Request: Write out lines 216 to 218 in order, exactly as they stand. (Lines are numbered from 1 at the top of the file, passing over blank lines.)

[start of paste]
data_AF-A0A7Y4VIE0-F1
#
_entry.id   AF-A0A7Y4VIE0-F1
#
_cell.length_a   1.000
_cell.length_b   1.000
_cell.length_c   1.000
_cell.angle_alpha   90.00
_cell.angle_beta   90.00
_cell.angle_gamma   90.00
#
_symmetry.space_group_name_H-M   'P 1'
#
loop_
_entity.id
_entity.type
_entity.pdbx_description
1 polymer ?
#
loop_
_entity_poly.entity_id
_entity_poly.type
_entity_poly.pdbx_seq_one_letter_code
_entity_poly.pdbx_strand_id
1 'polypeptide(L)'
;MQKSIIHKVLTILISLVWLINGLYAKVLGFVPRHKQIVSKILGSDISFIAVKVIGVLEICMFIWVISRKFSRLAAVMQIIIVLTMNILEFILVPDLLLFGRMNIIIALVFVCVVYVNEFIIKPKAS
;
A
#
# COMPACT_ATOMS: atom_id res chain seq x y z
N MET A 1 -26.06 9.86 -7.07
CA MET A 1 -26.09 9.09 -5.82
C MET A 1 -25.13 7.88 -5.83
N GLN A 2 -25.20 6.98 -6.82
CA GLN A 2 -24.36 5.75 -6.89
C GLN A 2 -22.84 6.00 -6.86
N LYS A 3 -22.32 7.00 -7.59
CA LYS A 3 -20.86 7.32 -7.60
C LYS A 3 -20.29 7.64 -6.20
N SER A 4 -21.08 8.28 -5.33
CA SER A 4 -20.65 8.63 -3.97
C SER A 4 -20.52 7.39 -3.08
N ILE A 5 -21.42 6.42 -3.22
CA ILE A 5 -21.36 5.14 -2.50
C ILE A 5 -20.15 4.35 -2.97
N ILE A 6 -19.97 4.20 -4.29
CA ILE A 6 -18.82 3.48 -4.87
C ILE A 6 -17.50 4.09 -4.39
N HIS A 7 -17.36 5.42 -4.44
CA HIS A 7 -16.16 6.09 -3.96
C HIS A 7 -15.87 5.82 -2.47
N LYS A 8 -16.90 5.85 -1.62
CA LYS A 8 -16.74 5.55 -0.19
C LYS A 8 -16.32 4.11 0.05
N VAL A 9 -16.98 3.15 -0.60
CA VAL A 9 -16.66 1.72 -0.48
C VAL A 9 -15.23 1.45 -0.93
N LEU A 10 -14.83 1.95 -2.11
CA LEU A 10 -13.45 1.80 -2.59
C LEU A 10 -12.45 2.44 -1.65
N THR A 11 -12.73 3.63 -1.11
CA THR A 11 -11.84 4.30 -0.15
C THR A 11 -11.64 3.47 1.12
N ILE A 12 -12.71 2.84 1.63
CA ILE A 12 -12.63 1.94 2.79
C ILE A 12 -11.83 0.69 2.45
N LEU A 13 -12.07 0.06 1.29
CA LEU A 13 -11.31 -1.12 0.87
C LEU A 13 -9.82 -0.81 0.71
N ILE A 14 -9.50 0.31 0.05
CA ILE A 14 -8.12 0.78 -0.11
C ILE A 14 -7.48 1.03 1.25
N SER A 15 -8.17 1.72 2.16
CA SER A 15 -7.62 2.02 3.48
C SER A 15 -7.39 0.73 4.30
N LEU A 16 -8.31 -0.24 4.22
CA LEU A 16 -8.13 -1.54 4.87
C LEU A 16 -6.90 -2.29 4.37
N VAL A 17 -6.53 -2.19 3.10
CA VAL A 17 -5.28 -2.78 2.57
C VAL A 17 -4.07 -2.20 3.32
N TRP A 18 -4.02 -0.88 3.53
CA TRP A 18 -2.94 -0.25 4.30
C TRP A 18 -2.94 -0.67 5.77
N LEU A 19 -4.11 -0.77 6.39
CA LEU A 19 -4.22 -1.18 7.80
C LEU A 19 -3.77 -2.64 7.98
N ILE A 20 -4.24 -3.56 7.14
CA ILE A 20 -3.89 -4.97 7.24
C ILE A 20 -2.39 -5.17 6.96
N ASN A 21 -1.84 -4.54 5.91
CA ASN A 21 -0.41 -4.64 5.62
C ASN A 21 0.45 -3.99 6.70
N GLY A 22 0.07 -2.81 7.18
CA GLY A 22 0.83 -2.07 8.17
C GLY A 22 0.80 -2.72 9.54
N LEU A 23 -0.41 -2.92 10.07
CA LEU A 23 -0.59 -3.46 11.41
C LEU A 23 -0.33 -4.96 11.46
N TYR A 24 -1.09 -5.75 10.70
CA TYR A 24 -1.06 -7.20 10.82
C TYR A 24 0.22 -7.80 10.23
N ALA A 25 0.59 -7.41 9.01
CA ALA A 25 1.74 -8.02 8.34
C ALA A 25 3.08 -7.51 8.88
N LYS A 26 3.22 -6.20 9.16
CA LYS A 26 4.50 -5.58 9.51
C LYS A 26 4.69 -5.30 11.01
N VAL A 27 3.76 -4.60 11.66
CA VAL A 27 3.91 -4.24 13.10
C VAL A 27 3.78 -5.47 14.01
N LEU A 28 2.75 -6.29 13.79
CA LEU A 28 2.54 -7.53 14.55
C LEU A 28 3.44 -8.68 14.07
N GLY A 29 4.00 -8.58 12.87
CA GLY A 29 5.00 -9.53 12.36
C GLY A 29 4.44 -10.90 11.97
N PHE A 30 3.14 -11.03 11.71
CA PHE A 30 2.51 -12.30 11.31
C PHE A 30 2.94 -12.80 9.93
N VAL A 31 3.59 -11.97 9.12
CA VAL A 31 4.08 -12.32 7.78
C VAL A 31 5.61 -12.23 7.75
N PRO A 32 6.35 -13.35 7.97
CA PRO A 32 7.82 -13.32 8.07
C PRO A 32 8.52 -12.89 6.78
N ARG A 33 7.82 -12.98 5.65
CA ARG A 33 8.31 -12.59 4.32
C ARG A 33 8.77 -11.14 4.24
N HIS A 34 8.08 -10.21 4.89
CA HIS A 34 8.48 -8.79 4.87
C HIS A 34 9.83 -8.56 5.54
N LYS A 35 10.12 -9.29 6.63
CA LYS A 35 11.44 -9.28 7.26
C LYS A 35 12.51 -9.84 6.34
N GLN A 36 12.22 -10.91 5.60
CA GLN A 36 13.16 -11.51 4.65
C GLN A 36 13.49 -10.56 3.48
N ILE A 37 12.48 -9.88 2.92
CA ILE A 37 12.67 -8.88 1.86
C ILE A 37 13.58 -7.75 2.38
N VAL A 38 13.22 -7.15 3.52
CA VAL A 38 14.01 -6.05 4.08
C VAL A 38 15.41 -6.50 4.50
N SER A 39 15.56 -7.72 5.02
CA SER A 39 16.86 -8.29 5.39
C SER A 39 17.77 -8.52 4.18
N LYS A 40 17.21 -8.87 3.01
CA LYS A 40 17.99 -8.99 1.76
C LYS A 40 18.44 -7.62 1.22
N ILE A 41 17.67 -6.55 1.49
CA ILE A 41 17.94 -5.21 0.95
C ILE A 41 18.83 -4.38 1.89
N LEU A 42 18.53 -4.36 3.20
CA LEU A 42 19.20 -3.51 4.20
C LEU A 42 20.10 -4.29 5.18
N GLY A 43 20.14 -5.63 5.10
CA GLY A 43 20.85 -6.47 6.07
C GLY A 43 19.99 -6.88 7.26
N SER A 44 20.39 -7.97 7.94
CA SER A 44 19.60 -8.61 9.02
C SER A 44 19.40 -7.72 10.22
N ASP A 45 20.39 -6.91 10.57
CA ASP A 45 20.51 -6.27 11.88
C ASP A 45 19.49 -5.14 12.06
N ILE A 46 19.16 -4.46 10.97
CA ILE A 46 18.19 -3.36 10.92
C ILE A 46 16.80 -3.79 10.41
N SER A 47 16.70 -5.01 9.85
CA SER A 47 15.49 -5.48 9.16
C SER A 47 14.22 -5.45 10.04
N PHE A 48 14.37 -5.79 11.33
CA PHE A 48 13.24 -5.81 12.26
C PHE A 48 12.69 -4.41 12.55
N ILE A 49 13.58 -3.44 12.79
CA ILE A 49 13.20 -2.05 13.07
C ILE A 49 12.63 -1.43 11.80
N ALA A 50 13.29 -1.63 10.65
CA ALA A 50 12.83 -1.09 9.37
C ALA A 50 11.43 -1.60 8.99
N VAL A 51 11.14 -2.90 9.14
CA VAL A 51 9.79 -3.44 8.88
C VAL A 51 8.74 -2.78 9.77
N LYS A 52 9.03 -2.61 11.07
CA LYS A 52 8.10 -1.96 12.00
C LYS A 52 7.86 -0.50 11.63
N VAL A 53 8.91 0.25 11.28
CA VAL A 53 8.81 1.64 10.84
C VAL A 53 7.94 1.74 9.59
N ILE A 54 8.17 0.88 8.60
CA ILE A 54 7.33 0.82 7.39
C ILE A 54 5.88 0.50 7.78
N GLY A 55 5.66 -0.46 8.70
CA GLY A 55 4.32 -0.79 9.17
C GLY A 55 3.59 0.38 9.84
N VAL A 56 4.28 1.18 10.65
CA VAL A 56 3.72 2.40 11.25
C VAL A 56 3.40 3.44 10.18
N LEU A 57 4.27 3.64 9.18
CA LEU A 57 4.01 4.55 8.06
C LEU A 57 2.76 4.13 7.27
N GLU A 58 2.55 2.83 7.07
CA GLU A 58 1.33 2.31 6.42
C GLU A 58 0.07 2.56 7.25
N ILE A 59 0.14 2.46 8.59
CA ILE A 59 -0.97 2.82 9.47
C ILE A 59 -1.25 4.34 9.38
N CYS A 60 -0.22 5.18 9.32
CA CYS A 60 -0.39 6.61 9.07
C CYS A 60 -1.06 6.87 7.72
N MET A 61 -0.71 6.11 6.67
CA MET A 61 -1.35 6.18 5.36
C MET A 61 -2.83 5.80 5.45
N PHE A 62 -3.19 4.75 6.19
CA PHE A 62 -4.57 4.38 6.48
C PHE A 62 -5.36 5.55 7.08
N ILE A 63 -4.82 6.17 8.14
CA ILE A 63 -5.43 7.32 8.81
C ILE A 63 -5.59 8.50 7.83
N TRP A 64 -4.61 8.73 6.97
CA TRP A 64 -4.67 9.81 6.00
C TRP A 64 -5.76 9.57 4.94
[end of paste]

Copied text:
C PHE A 62 -5.36 5.55 7.08
N ILE A 63 -4.82 6.17 8.14
CA ILE A 63 -5.43 7.32 8.81